Category Archives: Misc.

How to survive in intersectional feminist spaces 101

So I generally don’t re-blog a lof stuff (I think this is the second time I’ve done it), it just isn’t a habit I’m in. I do it now because this is just so important, and this blog post is so well-written, and it isn’t something that I can easily summarize in my own words in any way that’s nearly as effective as you just reading this. Please, please read it.

Believe me, I know, it can feel hard sometimes to be white and read things about racism. I’m a fat woman, and now I’m disabled. Feminism has always made a lot of sense to me. Being an ally to non-straight has also always felt natural, and wasn’t challenging.

Race was harder. In college, when I was first introduced to different ways of looking at racism – hey let me just rephrase that – when I was first introduced to LOOKING AT RACISM, I mean, really looking: it was hard. I had a lot of feelings at first. Defensive, mostly. “But I’m not like THAT!” I was very invested in seeing myself in a certain light, and any challenge to that just felt insulting rather than educational.

I kept with it, though, and the reward was learning to see through others’ eyes, and realizing that the more I learned, and the more I spoke about it, the better off I was making the lives of people of color – the very people I always said I cared about but to whose experience I was essentially blind. Conversely, the more we don’t look at the things that make us squirm or feel touchy, the more we can trust that their experience is going to be lost and invalidated.

Decide that today you’ll spend five minutes reading something that might make you feel a little touchy. Try to open your heart and your mind, try to make it not about you. Read this.


I wrote this for a specific group, but I’ve been asked to share it. A lot of folks are just waking up to activism and are heading into intersectional feminist spaces with some trepidation. Hopefully this can help keep you on track. I’ve already been reminded that I missed code-switching, appropriation (which is a whole post, frankly, but TL;dr if a living group exists that can be mocked for the thing you think is cool and that you want to do, don’t), and a few other things. I’ll try to pick those up at a later date, but in the meantime this primer will help you get your feet wet without making a damn fool of yourself. Much. It’s all lessons I learned the hard way, so do better than me and remember we’re all works in progress.)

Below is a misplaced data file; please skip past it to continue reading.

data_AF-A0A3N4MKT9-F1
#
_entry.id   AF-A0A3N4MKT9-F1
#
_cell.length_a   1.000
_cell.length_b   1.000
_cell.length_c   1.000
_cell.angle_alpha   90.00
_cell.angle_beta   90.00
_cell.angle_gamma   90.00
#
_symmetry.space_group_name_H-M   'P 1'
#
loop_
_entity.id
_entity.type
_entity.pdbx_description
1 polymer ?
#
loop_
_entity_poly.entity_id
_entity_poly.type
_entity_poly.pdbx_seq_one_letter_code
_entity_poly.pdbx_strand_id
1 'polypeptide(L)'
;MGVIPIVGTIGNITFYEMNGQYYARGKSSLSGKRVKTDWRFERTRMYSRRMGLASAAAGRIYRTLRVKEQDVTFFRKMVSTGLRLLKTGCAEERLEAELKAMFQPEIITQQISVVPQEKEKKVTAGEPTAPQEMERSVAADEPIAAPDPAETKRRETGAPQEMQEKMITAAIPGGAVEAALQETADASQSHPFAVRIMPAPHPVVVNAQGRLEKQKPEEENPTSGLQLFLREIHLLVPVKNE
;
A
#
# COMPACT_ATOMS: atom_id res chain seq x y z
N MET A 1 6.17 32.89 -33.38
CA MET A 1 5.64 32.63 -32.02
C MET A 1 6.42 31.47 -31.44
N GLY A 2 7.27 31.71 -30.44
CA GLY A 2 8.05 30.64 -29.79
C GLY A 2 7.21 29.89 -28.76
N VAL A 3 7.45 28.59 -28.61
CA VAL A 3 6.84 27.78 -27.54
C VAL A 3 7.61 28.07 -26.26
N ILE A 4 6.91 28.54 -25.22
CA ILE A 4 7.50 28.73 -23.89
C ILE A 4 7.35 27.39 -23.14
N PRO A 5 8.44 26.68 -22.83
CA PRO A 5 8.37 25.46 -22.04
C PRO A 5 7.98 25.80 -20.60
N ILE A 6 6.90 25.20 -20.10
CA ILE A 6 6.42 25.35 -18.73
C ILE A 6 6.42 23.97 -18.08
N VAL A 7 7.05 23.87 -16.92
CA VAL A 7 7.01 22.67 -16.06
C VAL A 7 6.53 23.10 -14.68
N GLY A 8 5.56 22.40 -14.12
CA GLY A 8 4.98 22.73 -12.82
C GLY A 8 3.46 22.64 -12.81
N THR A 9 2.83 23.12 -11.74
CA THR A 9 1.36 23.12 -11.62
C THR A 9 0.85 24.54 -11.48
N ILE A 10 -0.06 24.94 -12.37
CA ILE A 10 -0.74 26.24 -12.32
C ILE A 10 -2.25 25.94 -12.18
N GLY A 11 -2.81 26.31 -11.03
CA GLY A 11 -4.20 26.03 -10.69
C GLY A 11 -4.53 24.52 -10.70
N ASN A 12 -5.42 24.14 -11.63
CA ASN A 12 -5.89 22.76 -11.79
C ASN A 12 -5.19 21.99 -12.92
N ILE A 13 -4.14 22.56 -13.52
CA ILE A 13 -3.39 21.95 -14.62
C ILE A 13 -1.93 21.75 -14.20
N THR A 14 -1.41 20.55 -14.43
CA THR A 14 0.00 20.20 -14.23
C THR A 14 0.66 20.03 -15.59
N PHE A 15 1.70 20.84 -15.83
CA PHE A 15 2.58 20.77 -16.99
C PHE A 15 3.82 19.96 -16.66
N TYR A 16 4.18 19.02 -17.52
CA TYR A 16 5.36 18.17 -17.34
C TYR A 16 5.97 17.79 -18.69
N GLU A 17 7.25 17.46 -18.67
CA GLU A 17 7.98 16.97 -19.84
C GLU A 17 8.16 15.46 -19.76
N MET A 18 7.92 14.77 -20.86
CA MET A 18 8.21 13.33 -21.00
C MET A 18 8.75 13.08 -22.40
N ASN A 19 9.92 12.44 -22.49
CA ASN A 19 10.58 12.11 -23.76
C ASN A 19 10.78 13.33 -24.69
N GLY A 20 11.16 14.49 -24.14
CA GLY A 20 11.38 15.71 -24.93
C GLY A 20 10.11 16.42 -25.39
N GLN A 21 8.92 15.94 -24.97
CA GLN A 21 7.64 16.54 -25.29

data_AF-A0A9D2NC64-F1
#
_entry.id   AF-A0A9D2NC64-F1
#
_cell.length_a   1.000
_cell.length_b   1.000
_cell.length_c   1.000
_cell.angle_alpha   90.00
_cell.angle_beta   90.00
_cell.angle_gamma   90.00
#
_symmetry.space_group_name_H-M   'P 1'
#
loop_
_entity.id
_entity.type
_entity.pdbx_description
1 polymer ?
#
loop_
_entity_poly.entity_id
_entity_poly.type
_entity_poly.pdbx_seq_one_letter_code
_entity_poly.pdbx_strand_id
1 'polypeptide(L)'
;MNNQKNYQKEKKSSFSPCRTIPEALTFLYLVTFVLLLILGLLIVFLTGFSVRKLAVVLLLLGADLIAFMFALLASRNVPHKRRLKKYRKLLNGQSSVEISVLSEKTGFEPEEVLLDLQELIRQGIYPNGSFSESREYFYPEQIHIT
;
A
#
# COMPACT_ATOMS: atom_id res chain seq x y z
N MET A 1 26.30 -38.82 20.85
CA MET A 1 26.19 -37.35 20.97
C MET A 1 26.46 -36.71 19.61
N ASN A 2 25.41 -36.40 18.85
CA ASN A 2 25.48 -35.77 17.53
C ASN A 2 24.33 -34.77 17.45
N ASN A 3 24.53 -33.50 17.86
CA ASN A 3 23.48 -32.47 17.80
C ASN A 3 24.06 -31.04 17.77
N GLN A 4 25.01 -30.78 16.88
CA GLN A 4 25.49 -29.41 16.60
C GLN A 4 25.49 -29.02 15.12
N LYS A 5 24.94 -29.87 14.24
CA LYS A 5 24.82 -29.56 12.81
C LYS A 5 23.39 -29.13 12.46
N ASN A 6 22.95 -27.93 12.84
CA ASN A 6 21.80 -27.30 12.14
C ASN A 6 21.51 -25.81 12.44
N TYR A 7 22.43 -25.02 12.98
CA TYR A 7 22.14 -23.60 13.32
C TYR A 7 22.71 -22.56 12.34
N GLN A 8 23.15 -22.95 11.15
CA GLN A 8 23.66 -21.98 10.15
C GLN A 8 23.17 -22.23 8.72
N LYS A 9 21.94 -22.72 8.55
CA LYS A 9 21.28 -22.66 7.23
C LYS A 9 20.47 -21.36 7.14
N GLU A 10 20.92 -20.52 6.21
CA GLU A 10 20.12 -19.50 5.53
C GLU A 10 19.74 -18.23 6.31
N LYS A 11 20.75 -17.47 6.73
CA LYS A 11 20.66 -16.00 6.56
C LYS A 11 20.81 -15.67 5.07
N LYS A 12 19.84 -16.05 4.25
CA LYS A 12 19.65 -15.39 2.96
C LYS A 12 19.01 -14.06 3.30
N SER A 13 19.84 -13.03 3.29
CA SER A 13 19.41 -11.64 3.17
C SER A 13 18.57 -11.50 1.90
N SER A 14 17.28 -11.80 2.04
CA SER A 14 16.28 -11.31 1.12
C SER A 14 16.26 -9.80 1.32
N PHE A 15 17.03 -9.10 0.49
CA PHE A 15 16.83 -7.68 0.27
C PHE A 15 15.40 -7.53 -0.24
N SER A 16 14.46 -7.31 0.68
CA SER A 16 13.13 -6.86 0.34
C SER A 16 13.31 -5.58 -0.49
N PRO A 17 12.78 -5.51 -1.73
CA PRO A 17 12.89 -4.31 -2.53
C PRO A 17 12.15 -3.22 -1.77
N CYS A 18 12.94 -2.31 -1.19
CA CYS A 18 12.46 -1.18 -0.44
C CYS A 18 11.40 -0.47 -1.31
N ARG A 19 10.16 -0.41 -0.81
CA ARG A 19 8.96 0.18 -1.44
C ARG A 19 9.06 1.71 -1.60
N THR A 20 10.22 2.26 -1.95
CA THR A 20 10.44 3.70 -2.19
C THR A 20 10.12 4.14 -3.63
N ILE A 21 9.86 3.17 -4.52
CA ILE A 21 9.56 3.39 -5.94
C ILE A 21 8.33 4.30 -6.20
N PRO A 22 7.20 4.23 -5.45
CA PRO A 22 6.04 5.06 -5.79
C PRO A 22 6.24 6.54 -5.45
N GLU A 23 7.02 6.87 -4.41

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Time to make the blog pretty.

In my last post I talked about moving my blog to a self-hosted WordPress installation on my own server. I changed my mind! This morning I crunched some numbers, did math of money, time, and spoons, considered how much stress I wanted to put myself under when I’m often very tired and in pain, and decided it was very worth it to stick with keeping my blog on and letting them take care of all the niggly details.

Now it’s down to blog design. I’m going through the theme library, trying out different things. Until I’m done, the blog might appear weird, or broken. It shouldn’t stay that way. I ought to have this finished in the next few days. I’m very motivated.

Until then, enjoy Han Solo Season. Sew all the things, quilt all the things, make music on whatever you can find, and go drink a soy pumpkin spice latte, because damn those things are heaven.



Thursday update: a kitchen might be forthcoming

Kitchen Katastrophe 2016, the going-on-week-seven aftermath of a burst water hose, is finally on its way toward healing. We have a contractor, which means we finally have one person coordinating all the work. Today the walls were finished being plastered, and next comes the paint. Following that, the tile backsplash, and then the cabinet and sink-reinstalled, and then the flooring, and then the fridge and oven can come back in, and then I sit on the floor and cry tears of relief, and swear that I will never, ever, take a kitchen for granted again. Nor fill one with water.

paint sample

This is the palette of colors from Sherwin-Williams that I picked out. It’s called Color Pizazz. The idea is that every color works with every other color, so you don’t end up standing in your house gazing in horror, the realization slowly dawning that your living room doesn’t go with your kitchen. Or something.